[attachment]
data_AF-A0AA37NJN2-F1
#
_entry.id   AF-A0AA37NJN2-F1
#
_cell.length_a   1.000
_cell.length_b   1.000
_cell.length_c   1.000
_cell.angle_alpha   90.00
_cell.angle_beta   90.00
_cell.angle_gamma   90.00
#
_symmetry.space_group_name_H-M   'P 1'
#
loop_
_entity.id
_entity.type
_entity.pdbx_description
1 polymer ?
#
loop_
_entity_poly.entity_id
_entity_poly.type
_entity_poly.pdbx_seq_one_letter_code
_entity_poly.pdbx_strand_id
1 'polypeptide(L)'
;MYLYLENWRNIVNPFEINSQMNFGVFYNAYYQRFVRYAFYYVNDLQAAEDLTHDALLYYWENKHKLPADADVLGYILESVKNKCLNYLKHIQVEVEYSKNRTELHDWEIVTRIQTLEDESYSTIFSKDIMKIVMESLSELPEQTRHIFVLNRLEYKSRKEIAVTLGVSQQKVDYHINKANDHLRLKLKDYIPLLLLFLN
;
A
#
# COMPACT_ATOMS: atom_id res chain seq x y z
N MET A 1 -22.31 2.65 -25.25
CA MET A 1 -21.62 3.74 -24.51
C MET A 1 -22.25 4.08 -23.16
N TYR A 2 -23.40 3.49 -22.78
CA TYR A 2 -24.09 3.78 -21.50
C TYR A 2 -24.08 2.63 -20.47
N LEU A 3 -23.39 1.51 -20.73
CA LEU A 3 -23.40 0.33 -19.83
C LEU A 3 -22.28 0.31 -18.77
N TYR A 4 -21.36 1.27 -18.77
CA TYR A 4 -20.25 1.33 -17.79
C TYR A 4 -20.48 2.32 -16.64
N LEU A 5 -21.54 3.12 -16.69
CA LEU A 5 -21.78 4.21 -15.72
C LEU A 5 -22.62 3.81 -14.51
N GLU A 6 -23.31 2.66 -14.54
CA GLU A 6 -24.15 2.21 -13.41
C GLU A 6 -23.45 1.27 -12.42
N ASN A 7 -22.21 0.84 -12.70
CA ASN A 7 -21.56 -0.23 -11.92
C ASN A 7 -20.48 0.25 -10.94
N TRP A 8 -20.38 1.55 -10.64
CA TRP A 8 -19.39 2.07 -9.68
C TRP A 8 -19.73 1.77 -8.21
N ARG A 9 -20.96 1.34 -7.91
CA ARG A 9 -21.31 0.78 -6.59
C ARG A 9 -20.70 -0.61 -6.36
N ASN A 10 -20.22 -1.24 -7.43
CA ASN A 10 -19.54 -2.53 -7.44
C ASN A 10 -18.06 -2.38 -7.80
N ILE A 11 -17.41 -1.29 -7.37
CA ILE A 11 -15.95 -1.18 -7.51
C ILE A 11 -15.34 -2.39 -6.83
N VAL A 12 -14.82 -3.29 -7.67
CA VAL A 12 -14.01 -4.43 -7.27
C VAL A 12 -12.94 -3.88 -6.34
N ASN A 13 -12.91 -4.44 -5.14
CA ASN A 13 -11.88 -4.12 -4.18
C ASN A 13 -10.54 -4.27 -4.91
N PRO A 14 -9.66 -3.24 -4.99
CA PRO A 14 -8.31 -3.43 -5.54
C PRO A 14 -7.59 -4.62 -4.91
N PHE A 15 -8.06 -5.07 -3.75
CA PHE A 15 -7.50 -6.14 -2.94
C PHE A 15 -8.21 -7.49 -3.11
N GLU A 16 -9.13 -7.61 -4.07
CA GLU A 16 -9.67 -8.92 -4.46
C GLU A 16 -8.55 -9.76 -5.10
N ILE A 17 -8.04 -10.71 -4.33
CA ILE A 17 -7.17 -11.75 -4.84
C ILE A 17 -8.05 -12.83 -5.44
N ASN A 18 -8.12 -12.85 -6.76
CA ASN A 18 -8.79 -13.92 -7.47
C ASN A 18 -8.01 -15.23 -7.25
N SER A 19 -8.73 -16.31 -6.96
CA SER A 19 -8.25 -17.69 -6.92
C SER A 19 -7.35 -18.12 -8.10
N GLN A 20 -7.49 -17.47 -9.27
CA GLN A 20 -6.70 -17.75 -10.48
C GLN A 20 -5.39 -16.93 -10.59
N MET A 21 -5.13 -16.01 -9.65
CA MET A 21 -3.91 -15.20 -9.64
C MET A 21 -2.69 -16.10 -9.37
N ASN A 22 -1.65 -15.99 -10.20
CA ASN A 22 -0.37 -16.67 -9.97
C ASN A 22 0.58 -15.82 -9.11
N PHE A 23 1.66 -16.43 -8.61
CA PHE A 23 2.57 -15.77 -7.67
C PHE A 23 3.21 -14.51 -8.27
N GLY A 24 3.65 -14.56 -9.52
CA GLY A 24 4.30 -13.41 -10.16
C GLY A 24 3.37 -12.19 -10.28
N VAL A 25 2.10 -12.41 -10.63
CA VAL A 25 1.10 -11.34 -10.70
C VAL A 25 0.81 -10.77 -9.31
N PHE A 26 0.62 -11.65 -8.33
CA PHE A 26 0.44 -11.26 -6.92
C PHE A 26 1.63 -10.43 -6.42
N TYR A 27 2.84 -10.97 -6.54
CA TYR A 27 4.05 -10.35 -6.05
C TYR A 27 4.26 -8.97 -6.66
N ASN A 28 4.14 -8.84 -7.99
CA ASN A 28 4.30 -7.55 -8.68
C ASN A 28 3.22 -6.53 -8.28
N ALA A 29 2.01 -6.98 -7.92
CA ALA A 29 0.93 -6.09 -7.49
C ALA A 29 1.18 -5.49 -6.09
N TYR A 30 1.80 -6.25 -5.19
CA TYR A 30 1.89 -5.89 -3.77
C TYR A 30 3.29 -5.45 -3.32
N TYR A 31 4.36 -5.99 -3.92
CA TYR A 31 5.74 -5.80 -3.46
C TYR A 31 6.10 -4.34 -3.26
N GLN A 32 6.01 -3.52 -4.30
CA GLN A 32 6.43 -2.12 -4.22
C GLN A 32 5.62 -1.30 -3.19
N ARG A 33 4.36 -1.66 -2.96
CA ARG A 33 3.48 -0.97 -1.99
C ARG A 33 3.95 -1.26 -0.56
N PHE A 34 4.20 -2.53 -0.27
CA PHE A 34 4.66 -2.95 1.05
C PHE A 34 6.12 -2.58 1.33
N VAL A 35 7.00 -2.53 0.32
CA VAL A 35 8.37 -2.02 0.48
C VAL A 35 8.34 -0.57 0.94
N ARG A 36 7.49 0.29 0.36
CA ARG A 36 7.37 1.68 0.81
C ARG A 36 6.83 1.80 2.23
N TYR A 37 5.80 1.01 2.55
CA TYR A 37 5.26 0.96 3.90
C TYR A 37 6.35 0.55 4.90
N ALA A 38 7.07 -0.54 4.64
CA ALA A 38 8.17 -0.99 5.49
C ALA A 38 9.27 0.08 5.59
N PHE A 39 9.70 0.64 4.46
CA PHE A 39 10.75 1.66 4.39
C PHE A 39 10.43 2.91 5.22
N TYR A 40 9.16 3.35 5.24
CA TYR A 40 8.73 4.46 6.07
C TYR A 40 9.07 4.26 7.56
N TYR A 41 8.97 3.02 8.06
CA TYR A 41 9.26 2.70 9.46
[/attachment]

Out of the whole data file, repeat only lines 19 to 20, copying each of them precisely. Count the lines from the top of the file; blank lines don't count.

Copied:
#
loop_